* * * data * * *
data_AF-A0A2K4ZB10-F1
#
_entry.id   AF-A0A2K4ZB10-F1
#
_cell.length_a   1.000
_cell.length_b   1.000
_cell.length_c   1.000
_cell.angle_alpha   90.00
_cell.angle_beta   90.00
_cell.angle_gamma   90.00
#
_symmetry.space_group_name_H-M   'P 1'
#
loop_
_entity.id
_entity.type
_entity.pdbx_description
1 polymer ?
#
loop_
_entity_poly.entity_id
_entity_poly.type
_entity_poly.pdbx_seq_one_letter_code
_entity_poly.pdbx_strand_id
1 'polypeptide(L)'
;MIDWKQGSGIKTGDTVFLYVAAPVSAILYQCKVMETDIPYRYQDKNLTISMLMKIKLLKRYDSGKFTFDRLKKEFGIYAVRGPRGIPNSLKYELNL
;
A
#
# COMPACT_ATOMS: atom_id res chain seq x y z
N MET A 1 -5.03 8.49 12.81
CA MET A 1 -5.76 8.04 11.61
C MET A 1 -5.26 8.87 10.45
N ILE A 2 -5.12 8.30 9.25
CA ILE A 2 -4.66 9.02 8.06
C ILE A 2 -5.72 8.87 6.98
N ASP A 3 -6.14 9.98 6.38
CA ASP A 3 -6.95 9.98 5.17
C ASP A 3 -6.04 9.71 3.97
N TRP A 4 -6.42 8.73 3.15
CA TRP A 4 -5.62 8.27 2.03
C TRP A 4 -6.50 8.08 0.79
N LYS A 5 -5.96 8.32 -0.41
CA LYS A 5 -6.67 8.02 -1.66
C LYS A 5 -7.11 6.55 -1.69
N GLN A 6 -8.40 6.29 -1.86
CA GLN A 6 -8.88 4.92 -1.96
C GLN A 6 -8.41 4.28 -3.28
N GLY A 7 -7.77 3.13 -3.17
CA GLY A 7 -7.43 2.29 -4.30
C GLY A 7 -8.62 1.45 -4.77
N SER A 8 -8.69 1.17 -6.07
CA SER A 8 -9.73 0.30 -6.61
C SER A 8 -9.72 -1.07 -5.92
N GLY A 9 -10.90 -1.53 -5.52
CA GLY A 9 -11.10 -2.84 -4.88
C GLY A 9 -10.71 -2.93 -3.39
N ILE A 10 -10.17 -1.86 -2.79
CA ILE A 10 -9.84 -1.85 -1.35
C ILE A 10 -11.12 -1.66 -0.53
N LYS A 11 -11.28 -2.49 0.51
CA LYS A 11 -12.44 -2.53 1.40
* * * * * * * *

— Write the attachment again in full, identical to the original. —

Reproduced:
data_AF-A0A2K4ZB10-F1
#
_entry.id   AF-A0A2K4ZB10-F1
#
_cell.length_a   1.000
_cell.length_b   1.000
_cell.length_c   1.000
_cell.angle_alpha   90.00
_cell.angle_beta   90.00
_cell.angle_gamma   90.00
#
_symmetry.space_group_name_H-M   'P 1'
#
loop_
_entity.id
_entity.type
_entity.pdbx_description
1 polymer ?
#
loop_
_entity_poly.entity_id
_entity_poly.type
_entity_poly.pdbx_seq_one_letter_code
_entity_poly.pdbx_strand_id
1 'polypeptide(L)'
;MIDWKQGSGIKTGDTVFLYVAAPVSAILYQCKVMETDIPYRYQDKNLTISMLMKIKLLKRYDSGKFTFDRLKKEFGIYAVRGPRGIPNSLKYELNL
;
A
#
# COMPACT_ATOMS: atom_id res chain seq x y z
N MET A 1 -5.03 8.49 12.81
CA MET A 1 -5.76 8.04 11.61
C MET A 1 -5.26 8.87 10.45
N ILE A 2 -5.12 8.30 9.25
CA ILE A 2 -4.66 9.02 8.06
C ILE A 2 -5.72 8.87 6.98
N ASP A 3 -6.14 9.98 6.38
CA ASP A 3 -6.95 9.98 5.17
C ASP A 3 -6.04 9.71 3.97
N TRP A 4 -6.42 8.73 3.15
CA TRP A 4 -5.62 8.27 2.03
C TRP A 4 -6.50 8.08 0.79
N LYS A 5 -5.96 8.32 -0.41
CA LYS A 5 -6.67 8.02 -1.66
C LYS A 5 -7.11 6.55 -1.69
N GLN A 6 -8.40 6.29 -1.86
CA GLN A 6 -8.88 4.92 -1.96
C GLN A 6 -8.41 4.28 -3.28
N GLY A 7 -7.77 3.13 -3.17
CA GLY A 7 -7.43 2.29 -4.30
C GLY A 7 -8.62 1.45 -4.77
N SER A 8 -8.69 1.17 -6.07
CA SER A 8 -9.73 0.30 -6.61
C SER A 8 -9.72 -1.07 -5.92
N GLY A 9 -10.90 -1.53 -5.52
CA GLY A 9 -11.10 -2.84 -4.88
C GLY A 9 -10.71 -2.93 -3.39
N ILE A 10 -10.17 -1.86 -2.79
CA ILE A 10 -9.84 -1.85 -1.35
C ILE A 10 -11.12 -1.66 -0.53
N LYS A 11 -11.28 -2.49 0.51
CA LYS A 11 -12.44 -2.53 1.40